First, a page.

See also 'GM drug critics fired by Health Canada'
Date: Mon, 19 Jul 2004 10:01:22 -0000
Subject: NOTMILK - Payback
It took over five years, but government regulators have once again proven that they often go about conducting their business by following the same traditional code as Cosa Nostra 'Goodfellas':
"We don't get mad. We get even."
Friday's (July 16, 2004) Headline:
Health Canada fires 3 scientists
OTTAWA - Health Canada has fired three scientists
who criticized the department's drug approval policies.
Hey--I know these guys. Shiv Chopra, Margaret Haydon, and Gerard Lambert. These are the three heroes who stared down Monsanto in 1999 and, despite a bribe attempt (reported by Canadian TV show, Fifth Estate), were instrumental in denying approval of Monsanto's genetically engineered bovine growth hormone in Canada.
It took five years to fire these heroic men and woman of conscience. Five years of performing under the harshest microscope. Five years of having to deal with bureaucratic anger and pressure. Five years of living under the gun.
Gerald Lambert had worked at Health Canada for 31 years. This is not the opportune time for a career change. His termination letter cited him for "failing to follow orders and showing a lack of progress in his work."
On January 14, 1999, Health Canada announced that it would not approve Monsanto's genetically engineered bovine growth hormone for sale in Canada. The Acting Director General for Policy, Planning and Coordination of Canada's health protection branch, Health Canada (the Canadian equivalent of America's FDA), issued the official report. In his denial, acting director Joel Weiner wrote:
"It (rbST) presents an unacceptable threat to the safety of dairy cows."
In the official denial of Monsanto's application there was no mention of any concern for human health and safety issues, yet for the six-month period prior to official denial, Canadian newspapers and television news shows have made this application the most controversial drug application in Canadian history.
Canadian scientists, led by Shiv Chopra, Margaret Haydon and Gerard Lambert, came forward with an official complaint after reviewing partial Monsanto research data. They accused their superiors of pressuring them into approving Monsanto's hormone without having full access to Monsanto's research data.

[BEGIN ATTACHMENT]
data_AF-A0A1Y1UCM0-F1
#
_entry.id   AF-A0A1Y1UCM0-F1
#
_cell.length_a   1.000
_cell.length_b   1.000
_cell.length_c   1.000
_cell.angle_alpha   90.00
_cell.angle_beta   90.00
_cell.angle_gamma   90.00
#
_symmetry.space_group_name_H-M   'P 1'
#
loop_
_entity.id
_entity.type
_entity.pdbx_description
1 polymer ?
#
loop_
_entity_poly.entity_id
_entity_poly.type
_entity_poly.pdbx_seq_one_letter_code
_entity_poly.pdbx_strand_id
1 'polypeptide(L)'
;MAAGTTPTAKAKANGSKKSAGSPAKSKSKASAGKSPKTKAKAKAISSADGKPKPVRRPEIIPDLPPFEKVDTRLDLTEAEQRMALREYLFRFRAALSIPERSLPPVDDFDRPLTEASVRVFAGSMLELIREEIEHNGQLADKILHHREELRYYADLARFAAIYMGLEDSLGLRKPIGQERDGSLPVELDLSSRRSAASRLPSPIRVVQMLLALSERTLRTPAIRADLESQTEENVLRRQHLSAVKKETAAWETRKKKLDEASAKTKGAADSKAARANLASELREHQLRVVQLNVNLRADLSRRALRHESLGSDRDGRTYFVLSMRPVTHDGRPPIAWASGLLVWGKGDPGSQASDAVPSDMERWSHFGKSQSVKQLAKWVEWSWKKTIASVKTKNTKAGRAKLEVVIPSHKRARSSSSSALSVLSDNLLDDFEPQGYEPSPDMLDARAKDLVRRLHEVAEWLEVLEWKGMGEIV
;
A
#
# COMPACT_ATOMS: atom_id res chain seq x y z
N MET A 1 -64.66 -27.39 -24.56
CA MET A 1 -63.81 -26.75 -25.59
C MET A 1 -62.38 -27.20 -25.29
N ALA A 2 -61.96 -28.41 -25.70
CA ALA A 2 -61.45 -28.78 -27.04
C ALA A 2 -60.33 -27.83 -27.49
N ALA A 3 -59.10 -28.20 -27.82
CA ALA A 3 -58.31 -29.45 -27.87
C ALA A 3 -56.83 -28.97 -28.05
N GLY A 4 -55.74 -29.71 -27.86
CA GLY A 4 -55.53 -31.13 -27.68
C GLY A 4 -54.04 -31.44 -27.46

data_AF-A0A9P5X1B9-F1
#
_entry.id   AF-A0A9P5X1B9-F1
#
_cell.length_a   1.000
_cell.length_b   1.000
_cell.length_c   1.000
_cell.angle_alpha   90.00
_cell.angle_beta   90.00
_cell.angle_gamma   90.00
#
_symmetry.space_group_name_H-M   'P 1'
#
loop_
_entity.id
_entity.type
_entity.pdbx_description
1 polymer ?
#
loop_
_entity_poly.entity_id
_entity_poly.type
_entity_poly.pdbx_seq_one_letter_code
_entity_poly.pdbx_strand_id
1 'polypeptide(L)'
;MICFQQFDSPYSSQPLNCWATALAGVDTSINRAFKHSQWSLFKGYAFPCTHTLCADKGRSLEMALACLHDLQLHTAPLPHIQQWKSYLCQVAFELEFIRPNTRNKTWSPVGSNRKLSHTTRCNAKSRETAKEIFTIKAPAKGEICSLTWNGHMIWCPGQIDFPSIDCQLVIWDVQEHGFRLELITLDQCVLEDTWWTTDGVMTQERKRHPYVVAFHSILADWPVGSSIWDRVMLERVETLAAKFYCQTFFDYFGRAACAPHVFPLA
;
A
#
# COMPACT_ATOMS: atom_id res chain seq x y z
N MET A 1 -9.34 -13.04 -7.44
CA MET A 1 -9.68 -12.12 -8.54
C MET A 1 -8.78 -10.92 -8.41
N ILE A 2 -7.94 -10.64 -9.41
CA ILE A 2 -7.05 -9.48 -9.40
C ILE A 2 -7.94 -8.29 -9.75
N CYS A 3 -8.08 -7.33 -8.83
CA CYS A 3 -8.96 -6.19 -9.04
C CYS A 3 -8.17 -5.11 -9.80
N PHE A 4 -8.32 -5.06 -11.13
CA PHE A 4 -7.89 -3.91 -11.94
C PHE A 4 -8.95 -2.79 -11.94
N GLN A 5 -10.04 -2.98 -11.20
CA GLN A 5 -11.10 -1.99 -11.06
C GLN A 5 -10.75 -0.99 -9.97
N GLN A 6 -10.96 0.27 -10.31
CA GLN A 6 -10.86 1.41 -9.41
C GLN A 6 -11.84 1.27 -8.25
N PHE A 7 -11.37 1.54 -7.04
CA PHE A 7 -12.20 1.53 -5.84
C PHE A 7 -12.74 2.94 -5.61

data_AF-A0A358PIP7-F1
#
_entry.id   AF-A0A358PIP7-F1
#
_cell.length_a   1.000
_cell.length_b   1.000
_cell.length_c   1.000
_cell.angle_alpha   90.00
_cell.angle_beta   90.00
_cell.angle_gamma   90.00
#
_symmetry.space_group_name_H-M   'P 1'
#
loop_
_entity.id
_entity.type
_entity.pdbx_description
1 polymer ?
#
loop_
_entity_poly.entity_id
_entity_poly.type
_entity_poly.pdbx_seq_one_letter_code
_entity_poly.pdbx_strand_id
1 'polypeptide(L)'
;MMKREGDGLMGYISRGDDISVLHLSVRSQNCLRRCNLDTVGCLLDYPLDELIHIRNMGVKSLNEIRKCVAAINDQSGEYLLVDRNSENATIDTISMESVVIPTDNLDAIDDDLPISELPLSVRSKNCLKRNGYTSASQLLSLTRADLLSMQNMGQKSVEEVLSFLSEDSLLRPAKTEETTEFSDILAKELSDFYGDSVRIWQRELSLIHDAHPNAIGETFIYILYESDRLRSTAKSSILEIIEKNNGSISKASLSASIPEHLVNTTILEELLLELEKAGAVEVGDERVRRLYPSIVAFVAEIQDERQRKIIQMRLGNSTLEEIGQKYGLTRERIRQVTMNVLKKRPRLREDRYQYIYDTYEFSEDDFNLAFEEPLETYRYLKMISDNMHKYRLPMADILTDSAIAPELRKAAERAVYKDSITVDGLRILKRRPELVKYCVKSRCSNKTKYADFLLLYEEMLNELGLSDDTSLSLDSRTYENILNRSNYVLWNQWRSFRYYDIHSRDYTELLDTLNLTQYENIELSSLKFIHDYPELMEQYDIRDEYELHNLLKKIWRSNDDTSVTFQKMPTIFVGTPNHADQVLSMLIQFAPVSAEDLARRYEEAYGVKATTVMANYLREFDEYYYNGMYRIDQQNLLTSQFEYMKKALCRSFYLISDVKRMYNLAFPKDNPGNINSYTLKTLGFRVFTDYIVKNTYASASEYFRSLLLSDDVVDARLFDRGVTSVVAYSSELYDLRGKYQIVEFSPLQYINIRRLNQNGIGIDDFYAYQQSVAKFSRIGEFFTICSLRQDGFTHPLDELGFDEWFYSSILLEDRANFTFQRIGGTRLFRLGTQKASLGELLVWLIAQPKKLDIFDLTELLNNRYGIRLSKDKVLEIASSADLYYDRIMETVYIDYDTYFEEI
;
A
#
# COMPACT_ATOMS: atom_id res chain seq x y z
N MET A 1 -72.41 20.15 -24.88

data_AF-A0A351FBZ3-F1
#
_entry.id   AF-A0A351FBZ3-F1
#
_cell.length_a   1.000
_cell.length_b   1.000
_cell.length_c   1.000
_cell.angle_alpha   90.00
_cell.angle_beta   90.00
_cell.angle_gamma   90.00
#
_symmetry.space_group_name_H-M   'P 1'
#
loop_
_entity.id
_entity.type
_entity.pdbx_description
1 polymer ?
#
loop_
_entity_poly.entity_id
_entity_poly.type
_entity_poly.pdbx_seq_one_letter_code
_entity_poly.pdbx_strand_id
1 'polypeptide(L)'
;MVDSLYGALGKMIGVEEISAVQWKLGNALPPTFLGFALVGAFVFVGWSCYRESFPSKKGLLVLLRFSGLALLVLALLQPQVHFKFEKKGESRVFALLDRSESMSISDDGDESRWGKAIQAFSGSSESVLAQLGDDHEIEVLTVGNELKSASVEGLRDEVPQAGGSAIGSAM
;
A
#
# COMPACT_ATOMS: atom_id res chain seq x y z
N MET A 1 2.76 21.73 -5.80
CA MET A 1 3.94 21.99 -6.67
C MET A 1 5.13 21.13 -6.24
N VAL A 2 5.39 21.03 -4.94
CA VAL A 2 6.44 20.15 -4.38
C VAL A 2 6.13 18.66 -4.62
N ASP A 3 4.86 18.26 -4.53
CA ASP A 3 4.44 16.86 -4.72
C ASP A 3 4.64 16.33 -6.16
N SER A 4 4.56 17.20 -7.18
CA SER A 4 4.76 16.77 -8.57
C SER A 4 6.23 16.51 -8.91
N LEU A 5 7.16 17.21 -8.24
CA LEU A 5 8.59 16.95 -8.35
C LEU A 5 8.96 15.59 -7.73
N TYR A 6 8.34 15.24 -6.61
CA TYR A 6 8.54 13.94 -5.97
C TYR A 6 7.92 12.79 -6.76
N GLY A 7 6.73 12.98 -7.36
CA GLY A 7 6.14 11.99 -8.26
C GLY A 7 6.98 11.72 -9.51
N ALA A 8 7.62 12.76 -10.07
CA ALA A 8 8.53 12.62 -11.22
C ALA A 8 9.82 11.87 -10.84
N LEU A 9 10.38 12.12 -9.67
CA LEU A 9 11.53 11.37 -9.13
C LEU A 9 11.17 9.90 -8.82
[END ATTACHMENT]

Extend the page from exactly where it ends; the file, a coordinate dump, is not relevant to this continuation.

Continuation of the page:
When these scientists obtained the research, they discovered that laboratory animals got cancer from Monsanto's drug, a technical tidbit that America's FDA seemed to have missed. Oops!
Health Canada issued a well-publicized "Gap Report." That report considered many of the issues raised in my first book, MILK-The Deadly Poison. For example, a pasteurization fraud resulted in the original approval of rbST in America. That research was originally performed in Guelph, Ontario, and first reported by me. I have worked closely with officials of the Canadian government during the past two years, seeing to it that they reviewed the "smoking guns."
The key study leading to BST approval in the USA was the "Richard, Odaglia and Deslex report." That study was not reviewed by America's FDA until nearly two years after rbST's approval. In 2001, I discussed this key evidence with Senator Eugene Whelan, the Chairman of the Canadian Senate committee reviewing Health Canada's approval process. I worked with environmental groups, seeking to have the actual study acknowledged.
Canada's Watergate-Style Break-In
During the Canadian review process, the safe containing the study was broken into. Files were stolen. However, the courageous scientists who were just fired had an opportunity to review the 90-day study and discovered that laboratory animals treated with this food additive had gotten cancer. What had been stolen? The smoking-gun second half of the study! Every American review board (FDA, USDA, NIH, etc.) refers to this key study as a 90-day study.
In fact, the study lasted for 180 days and all the animals got cancer. FDA reported no biological effects. The Canadian scientists found a number of different cancers including colon and prostate cancers. I knew that they would. I had been their guide.
Time has passed, and there seems to have been a lot
more at stake than just human safety during the Canadian review. Perhaps it was also more than just "business and politics as usual." As Monsanto's hormone dies a painful death in the American market, the work of these three Canadian national heroes has been forgotten.
For them, it's payback time. Five years have passed, and few people remember the courageous actions and enormous integrity of these individuals. They were guilty of looking out for their fellow man. They made the mistake of placing the health interests of Canadians and Canadian cows over their own careers.
Now, they are paying the ultimate economic price. Three out-of-work heroes who have earned Canadian medals of valor, not unemployment checks.
Payback: "We don't get mad. We get even." (20/7/2004)
See also 'GM drug critics fired by Health Canada'